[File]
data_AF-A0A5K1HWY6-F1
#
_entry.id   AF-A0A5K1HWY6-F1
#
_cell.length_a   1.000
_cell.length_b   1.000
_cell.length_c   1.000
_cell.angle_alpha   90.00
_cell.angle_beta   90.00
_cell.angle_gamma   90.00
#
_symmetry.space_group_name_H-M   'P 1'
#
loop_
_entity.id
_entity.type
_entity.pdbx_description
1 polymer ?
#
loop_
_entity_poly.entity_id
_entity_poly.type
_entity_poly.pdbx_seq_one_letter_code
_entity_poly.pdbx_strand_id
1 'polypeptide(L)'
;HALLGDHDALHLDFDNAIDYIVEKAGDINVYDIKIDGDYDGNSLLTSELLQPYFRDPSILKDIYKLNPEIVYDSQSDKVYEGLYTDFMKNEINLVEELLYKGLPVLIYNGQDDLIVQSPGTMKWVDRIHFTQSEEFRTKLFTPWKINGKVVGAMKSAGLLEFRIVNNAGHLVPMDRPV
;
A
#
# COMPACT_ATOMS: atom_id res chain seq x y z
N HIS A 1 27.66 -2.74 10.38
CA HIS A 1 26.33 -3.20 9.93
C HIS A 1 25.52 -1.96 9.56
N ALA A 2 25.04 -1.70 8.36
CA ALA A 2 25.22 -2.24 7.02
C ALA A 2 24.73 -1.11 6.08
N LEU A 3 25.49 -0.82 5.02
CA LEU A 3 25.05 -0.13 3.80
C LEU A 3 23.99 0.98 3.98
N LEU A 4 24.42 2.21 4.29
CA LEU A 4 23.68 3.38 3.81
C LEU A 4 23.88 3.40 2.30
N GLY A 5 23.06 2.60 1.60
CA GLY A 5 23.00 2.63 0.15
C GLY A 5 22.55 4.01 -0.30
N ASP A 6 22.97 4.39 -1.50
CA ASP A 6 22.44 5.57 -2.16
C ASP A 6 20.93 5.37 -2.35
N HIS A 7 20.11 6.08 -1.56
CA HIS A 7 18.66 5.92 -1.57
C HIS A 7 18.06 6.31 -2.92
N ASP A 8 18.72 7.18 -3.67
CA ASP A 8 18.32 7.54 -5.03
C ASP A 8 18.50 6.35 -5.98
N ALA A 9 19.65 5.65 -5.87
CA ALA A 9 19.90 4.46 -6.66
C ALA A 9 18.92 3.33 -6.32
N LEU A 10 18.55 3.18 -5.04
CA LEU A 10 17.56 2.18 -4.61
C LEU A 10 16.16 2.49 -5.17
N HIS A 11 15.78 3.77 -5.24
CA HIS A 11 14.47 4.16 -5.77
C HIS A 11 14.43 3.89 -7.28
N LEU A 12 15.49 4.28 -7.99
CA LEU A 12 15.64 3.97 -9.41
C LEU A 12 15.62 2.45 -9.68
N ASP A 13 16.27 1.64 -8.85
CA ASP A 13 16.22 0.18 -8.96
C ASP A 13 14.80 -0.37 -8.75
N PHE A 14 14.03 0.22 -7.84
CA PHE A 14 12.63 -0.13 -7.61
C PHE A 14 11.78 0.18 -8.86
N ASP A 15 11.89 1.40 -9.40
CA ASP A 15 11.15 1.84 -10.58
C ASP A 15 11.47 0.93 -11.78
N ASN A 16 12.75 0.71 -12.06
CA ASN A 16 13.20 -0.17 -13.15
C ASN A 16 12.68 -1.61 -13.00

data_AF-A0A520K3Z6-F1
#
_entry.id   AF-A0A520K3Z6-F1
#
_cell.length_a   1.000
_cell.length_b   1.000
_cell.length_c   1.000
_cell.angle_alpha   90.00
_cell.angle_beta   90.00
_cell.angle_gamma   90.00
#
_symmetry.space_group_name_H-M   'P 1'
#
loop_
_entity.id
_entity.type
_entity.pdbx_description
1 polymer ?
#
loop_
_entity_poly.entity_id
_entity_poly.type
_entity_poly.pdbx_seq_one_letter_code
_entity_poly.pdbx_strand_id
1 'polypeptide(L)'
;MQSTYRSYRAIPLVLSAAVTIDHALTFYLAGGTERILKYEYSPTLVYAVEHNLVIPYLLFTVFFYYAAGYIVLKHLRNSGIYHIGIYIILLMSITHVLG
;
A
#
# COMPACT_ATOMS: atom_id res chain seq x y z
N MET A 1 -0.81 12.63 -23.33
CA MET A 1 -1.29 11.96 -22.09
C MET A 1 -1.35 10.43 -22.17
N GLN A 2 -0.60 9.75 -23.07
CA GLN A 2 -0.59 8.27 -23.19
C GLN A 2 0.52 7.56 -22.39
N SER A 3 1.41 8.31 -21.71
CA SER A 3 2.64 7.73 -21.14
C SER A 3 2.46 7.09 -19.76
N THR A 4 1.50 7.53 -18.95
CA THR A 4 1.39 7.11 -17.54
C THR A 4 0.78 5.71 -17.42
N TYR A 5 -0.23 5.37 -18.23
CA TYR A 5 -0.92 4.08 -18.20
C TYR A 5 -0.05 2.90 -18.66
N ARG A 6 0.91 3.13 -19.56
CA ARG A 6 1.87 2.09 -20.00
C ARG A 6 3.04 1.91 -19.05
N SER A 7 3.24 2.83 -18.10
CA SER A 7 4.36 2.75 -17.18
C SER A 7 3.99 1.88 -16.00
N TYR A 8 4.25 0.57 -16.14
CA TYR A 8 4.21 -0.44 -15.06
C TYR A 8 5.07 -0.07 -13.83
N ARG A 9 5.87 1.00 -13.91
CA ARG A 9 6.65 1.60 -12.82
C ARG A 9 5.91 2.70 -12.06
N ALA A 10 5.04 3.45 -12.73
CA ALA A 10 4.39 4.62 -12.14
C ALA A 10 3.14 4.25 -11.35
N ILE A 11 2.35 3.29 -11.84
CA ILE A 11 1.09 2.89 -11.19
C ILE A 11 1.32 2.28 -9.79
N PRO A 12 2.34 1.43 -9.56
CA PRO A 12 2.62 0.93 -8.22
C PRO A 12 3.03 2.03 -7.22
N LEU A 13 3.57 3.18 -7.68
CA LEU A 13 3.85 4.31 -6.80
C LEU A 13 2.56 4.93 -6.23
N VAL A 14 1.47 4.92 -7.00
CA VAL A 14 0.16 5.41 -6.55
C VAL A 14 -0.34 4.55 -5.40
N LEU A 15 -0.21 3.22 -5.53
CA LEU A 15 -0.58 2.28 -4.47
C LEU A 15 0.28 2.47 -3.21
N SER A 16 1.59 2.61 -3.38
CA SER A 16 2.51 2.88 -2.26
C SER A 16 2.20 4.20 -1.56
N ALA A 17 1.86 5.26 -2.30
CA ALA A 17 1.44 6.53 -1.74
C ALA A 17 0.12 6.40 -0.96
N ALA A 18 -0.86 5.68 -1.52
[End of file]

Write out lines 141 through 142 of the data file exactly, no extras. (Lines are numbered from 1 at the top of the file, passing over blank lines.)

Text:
C ILE A 11 1.32 2.28 -9.79
N PRO A 12 2.34 1.43 -9.56